How Debt-Based License Suspensions Criminalize Poverty
There’s a huge problem with our justice system that you’ve probably never heard about.
Millions of Americans unable to pay their court fines and fees have had their driver’s licenses suspended as a result.
Why is that a problem? The vast majority of Americans rely on a car to get themselves to work — so losing a license over an unpaid fine often forces workers to choose between losing their job or driving on a suspended license. This punishment for poverty leads to endless cycles of debt that trap working class people in the criminal justice system.
“If you get out of jail and you don’t have what it is that you need to pay, it might make someone more likely to resort back to the life of crime that led them into jail in the first place,” Davon Marque Hall, a Delaware resident said.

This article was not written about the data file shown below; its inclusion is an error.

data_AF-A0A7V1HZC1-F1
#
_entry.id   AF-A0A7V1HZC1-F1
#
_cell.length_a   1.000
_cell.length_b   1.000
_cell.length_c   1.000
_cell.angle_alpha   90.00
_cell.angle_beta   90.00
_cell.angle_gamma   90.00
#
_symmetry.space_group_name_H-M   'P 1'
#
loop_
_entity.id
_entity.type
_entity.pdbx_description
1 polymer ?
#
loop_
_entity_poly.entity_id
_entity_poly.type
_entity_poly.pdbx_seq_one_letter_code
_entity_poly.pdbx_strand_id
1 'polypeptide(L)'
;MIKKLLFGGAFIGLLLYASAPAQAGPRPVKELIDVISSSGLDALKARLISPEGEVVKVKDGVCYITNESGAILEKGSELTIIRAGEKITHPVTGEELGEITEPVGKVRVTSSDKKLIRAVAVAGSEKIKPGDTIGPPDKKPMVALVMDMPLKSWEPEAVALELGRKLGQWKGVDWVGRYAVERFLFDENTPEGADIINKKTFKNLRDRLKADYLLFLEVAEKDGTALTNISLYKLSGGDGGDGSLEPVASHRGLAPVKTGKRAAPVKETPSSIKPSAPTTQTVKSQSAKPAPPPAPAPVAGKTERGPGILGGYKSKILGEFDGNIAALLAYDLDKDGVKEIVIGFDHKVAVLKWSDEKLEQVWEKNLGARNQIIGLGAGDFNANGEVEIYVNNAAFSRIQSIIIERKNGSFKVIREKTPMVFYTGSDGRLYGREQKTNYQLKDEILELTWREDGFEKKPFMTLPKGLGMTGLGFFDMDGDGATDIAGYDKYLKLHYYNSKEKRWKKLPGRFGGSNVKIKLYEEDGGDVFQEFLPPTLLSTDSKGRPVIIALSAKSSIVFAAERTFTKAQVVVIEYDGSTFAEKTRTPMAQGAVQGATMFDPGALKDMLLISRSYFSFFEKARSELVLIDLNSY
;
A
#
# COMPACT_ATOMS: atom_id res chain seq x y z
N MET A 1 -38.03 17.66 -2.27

But Delaware lawmakers are working to end this practice. In Delaware, the state legislature is considering House Bill 244. If passed, the bill will prevent debt-based license suspensions in the state and help build momentum to end this discriminatory practice nationwide.
A national movement to end license suspensions over a failure to pay debt is currently underway. U.S. Senators Chris Coons (D-DE) and Roger Wicker (R- MS) introduced legislation that would incentivize states to stop debt-based license suspensions. Delaware’s other senator, Tom Carper, has not yet supported the bill.